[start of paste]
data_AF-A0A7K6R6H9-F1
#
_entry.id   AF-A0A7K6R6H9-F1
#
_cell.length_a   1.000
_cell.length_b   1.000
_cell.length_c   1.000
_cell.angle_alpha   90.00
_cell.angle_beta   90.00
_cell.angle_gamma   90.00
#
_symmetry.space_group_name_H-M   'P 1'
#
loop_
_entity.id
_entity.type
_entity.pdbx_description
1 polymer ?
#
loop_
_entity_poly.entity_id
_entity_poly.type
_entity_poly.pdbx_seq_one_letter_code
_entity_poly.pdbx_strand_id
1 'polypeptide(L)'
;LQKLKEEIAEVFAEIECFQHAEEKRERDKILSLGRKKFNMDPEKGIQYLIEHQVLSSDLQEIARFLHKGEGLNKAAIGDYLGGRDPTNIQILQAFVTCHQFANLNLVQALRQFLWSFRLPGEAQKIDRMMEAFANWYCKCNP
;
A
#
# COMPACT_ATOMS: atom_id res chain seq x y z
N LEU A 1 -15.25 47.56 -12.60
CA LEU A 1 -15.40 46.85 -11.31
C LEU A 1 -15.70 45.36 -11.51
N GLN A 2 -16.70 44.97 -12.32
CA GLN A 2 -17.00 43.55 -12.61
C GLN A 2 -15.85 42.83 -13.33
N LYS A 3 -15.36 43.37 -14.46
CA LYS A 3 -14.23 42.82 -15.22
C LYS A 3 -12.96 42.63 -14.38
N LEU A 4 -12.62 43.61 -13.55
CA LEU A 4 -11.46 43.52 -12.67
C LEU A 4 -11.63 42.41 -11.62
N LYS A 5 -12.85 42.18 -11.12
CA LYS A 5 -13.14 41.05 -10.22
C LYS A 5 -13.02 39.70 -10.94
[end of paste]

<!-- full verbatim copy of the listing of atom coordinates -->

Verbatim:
data_AF-A0A7K6R6H9-F1
#
_entry.id   AF-A0A7K6R6H9-F1
#
_cell.length_a   1.000
_cell.length_b   1.000
_cell.length_c   1.000
_cell.angle_alpha   90.00
_cell.angle_beta   90.00
_cell.angle_gamma   90.00
#
_symmetry.space_group_name_H-M   'P 1'
#
loop_
_entity.id
_entity.type
_entity.pdbx_description
1 polymer ?
#
loop_
_entity_poly.entity_id
_entity_poly.type
_entity_poly.pdbx_seq_one_letter_code
_entity_poly.pdbx_strand_id
1 'polypeptide(L)'
;LQKLKEEIAEVFAEIECFQHAEEKRERDKILSLGRKKFNMDPEKGIQYLIEHQVLSSDLQEIARFLHKGEGLNKAAIGDYLGGRDPTNIQILQAFVTCHQFANLNLVQALRQFLWSFRLPGEAQKIDRMMEAFANWYCKCNP
;
A
#
# COMPACT_ATOMS: atom_id res chain seq x y z
N LEU A 1 -15.25 47.56 -12.60
CA LEU A 1 -15.40 46.85 -11.31
C LEU A 1 -15.70 45.36 -11.51
N GLN A 2 -16.70 44.97 -12.32
CA GLN A 2 -17.00 43.55 -12.61
C GLN A 2 -15.85 42.83 -13.33
N LYS A 3 -15.36 43.37 -14.46
CA LYS A 3 -14.23 42.82 -15.22
C LYS A 3 -12.96 42.63 -14.38
N LEU A 4 -12.62 43.61 -13.55
CA LEU A 4 -11.46 43.52 -12.67
C LEU A 4 -11.63 42.41 -11.62
N LYS A 5 -12.85 42.18 -11.12
CA LYS A 5 -13.14 41.05 -10.22
C LYS A 5 -13.02 39.70 -10.94